Other steps that you can take to protect your company include:
- Conduct due diligence reviews of your subcontractors and upstream suppliers to verify that they are taking appropriate steps to comply with ITAR/export control requirements, and if required flow down the ITAR compliance clauses to these parties.
- When you receive documents from prime contractors such as mechanical drawings or technical specifications, see if they are marked as containing ITAR/EAR-controlled technical data and if so take appropriate steps to protect such materials from improper transfer and disclosure.
- When you are sending products that are ITAR/EAR-controlled and documents that contain ITAR/EAR-controlled technical data to other parties in the U.S., mark such items as subject to export controls to provide a warning to the recipients for handling, storing and transferring such items. (Of course, if you will be transferring ITAR-controlled items out of the U.S. or disclosing ITAR-controlled technical data to foreign persons in the U.S. you will be required to obtain an export license unless a license exemption applies.)
- Conduct ITAR compliance training for your company employees to assure that they understand the requirements under ITAR and comply with them on a regular basis.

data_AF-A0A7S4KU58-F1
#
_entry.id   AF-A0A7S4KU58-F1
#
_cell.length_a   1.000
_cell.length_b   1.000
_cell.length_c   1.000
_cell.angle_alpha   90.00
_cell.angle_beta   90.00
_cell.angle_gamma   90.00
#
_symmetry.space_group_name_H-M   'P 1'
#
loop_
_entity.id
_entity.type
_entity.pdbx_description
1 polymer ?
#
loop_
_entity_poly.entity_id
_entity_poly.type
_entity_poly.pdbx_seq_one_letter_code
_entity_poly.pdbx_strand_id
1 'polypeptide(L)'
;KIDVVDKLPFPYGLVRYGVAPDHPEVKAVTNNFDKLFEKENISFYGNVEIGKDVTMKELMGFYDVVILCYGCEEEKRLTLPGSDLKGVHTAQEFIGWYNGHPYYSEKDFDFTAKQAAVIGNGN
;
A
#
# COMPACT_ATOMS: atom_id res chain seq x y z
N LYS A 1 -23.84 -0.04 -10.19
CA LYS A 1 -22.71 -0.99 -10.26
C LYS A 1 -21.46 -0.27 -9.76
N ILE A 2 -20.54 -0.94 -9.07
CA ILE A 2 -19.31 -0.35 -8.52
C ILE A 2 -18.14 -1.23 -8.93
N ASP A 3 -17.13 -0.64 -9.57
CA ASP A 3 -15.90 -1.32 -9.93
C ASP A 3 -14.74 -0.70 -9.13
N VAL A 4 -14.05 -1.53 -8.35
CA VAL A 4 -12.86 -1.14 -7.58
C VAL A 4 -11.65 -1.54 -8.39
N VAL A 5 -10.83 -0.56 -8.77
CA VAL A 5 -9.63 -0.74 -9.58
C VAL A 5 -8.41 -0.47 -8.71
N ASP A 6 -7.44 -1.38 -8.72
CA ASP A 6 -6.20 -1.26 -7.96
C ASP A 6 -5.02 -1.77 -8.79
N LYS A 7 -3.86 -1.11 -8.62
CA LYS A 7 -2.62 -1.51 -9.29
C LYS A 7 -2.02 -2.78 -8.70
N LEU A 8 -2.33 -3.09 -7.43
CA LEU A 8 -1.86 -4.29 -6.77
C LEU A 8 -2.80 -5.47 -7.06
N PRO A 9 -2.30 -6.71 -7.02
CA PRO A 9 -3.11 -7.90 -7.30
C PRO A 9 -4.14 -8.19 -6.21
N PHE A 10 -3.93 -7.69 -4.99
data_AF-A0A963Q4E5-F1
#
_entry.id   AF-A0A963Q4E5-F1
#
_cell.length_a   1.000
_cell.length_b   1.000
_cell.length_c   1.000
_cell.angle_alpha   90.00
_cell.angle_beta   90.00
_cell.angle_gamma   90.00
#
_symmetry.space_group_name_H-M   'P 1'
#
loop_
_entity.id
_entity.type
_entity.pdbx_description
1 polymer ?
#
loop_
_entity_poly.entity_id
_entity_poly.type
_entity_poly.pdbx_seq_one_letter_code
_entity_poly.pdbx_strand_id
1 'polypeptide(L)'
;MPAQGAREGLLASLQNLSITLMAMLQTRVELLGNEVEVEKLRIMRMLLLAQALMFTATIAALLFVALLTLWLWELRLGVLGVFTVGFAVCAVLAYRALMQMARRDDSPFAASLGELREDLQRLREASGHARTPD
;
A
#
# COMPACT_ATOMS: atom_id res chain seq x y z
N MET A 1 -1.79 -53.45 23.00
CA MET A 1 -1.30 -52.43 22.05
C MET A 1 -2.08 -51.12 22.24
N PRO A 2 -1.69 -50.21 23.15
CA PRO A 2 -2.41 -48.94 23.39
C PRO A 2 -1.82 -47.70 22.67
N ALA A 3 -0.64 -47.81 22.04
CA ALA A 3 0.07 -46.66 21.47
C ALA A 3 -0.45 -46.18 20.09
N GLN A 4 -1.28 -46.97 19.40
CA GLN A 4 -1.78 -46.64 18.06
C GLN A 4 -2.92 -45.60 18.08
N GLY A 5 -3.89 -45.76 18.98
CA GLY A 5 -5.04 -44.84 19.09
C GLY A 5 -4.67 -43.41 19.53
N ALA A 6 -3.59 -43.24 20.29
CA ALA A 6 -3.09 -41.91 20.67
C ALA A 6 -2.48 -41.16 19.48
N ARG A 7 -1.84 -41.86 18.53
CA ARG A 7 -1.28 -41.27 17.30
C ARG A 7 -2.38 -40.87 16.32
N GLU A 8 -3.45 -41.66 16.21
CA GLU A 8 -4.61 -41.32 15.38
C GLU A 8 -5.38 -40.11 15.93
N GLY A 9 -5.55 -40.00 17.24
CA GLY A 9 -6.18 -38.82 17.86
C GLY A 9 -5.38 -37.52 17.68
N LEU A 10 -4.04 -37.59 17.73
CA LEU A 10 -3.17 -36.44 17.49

Once you have taken these steps, you can advise your prime contractors of the actions you have taken to come into compliance with ITAR. In addition, you will be ready to respond to future inquiries from prime contractors regarding your company’s ITAR readiness for new contracts. This will provide your company a competitive advantage over other subcontractors in competing for new business and help in reducing your legal liability on an ongoing basis.
This newsletter contains general, condensed summaries of actual legal matters, statutes and opinions for information purposes. It is not meant to be and should not be construed as legal advice. Readers with particular needs on specific issues should retain the services of competent counsel. For more information, please visit our website at www.williamsmullen.com or contact Thomas B. McVey, 202.293.8118 or firstname.lastname@example.org.